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In terms, metaphysics (CR:115) (LH:6) (TL:121) refers to []


The following are quotes:

“Our earth, our skies, every thing contributes to the formation of species. The uniformity of organisms is not surprising, because all animals and plants are formed under the same circumstances; but it must be true that in the same measure as our knowledge of mechanics will increase, the necessity of metaphysics will diminish and when one is perfect the other will be zero, that is to say nil.”
Henri Boulainvilliers (c.1710), “Origin of Beings and Species”; cited by Philipp Blom (2010) in A Wicked Company (pg. 19)[1]
“I should have liked to use the word ‘metaphysics’ in the title of this book, but there are certain words which have accumulated such evil implications that they must be abandoned, or withdrawn for a period of purification. Two such words, ‘phlogiston’ and ‘ether’, we shall have occasion to discuss in later lectures. However, in its best sense metaphysics might well be defined as the study of the major abstractions of the human mind, such as space, time, matter, life, love, duty, patriotism—we need not enumerate further. A more or less complete list of our major and minor abstractions is furnished by any unabridged dictionary.”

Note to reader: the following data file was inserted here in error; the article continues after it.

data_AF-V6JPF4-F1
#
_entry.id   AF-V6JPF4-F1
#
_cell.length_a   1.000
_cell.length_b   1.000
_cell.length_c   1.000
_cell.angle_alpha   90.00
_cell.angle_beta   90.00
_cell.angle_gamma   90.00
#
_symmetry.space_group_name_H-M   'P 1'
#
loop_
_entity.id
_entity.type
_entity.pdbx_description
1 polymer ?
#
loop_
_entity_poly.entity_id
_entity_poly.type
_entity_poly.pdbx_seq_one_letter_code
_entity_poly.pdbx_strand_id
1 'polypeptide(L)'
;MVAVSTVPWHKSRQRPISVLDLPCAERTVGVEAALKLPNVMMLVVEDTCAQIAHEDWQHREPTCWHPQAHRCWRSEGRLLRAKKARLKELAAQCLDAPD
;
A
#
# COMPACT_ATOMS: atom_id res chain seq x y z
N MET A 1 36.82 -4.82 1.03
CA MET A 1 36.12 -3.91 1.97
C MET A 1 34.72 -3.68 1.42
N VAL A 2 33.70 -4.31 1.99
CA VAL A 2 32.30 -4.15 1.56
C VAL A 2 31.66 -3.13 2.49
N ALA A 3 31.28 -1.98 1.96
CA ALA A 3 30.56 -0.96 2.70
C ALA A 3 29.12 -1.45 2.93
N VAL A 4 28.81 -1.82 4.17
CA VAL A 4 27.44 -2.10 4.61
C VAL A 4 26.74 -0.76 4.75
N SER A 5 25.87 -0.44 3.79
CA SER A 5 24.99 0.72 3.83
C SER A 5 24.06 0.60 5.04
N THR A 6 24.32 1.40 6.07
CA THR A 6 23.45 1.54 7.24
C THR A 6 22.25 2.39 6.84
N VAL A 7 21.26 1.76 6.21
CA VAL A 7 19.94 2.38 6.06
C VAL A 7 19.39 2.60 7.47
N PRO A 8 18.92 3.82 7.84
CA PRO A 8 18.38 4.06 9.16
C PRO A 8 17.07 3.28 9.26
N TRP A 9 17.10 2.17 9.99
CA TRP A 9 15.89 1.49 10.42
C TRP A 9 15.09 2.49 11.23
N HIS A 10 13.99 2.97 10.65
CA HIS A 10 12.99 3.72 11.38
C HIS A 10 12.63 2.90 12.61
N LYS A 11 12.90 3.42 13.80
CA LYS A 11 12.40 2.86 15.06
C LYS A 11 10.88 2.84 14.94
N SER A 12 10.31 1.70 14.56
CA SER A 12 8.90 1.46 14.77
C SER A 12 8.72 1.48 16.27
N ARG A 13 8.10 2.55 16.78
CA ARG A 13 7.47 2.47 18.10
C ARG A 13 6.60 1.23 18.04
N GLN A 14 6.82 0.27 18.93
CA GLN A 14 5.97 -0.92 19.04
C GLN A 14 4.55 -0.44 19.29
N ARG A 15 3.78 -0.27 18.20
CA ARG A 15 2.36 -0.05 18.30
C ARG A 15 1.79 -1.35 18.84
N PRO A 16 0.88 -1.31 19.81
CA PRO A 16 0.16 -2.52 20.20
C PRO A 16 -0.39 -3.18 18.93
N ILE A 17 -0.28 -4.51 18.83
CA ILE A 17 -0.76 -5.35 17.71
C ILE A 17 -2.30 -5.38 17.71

Gilbert Lewis (1925), The Anatomy of Science (pgs. 2-3) [2]

End matter


  1. (a) Boulainvilliers, Henri. (c.1710). “Origin of Beings and Species: Fruit of an Imperfectly Retained Conversation” (“Origine des etres et especies, fruit d’une conversation retenue imparfaitement”), Rivista di Storia della Filosofia (1994), 1:169-92.
    (b) Note: Blom says that his quote appeared in an anonymous publication; but cited Boulainvilliers in quotes.
  2. Lewis, Gilbert N. (1925). The Anatomy of Science (pgs. 2-3). Silliman Lectures; Yale, 1926.

External links

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